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Greetings from Death Row by Matt McHugh

A condemned inmate writes his first and final letter.

The full text of the story is available free online for individuals to read and share.

Greetings from Death Row

      The inside was dark. I could just make out the outline of the chair and the restraints and the window with the sliding curtain before the guard shut the door. It took a lot of pleading to get him to show it to me, but guards here pretty are indulgent if you're reasonable. All things considered, it's not an unreasonable request to want to see the place where you will die soon. It was years once, then months, now weeks. It will be days soon. I haven't started counting in hours yet, but I know I will.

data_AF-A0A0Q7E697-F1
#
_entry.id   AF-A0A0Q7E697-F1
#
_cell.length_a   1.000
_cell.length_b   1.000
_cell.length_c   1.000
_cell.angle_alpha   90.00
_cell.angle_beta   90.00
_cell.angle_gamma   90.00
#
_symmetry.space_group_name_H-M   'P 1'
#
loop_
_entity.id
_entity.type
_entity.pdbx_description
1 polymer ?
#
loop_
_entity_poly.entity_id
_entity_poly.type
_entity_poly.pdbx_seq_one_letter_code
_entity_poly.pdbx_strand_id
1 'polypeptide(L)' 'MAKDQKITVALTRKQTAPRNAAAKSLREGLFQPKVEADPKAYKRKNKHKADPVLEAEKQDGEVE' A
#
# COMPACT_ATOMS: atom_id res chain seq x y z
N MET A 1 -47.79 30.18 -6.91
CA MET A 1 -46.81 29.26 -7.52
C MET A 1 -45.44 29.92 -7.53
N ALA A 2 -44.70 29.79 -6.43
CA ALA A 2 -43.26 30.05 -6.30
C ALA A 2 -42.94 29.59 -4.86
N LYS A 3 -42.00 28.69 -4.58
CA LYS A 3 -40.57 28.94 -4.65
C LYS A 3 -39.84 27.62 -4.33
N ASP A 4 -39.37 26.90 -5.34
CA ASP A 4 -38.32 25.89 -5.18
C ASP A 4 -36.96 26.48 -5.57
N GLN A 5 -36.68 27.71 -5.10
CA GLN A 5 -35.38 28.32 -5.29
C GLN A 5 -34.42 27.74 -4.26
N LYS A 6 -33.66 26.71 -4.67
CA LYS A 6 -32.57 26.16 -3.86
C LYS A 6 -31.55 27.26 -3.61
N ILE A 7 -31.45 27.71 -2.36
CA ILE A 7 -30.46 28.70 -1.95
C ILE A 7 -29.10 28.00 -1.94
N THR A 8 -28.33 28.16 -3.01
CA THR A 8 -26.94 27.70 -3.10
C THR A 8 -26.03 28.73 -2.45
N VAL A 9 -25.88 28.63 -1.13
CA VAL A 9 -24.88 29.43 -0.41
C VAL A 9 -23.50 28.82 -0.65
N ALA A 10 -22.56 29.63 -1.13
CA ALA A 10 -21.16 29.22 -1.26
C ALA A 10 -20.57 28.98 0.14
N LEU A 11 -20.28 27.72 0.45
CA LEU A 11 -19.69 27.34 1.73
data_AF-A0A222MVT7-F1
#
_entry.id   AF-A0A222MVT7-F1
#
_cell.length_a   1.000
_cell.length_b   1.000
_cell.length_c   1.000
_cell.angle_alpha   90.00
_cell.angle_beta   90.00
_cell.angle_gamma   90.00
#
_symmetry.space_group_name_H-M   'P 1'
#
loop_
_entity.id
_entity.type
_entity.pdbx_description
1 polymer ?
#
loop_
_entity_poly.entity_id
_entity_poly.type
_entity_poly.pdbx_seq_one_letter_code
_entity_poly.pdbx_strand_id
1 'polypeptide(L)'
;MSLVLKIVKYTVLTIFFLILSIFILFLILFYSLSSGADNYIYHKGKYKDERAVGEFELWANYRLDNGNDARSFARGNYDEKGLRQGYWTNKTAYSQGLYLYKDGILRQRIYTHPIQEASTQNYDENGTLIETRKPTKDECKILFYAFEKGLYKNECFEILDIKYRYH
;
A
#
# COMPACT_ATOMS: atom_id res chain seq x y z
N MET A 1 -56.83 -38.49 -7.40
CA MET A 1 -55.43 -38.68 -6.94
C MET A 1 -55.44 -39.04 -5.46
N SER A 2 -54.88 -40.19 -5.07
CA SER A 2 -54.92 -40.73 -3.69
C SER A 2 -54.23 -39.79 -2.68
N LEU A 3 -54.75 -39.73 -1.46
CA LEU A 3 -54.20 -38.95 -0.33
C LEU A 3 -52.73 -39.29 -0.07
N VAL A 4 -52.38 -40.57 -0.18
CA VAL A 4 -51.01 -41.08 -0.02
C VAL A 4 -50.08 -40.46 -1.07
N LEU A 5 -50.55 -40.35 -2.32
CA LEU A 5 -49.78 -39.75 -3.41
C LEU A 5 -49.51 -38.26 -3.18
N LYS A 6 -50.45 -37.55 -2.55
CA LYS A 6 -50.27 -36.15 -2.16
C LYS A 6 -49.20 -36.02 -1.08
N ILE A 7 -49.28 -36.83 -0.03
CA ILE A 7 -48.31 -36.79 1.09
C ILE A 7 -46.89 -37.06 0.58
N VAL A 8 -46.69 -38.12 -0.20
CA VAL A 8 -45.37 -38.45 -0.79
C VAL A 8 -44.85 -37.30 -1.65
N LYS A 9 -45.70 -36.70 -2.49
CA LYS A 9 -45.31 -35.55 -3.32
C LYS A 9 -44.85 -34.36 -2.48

I am not particularly afraid, at least not paralyzed by fear, but it is always on my mind. A priest came to "help me prepare myself" and "make my peace with God." I really have no use for God. Anybody who's supposed to be all-powerful but lets doddering old priests and fat, loudmouth reverends speak on his behalf doesn't particularly impress me. Anybody who could ease the burdens of all the people trapped inside the bubble of suffering that is this world—yet chooses not to and refuses to even give his reasons—has no right to sit in judgement of me. To hell with God.

      Though, one thing the priest said stuck with me.


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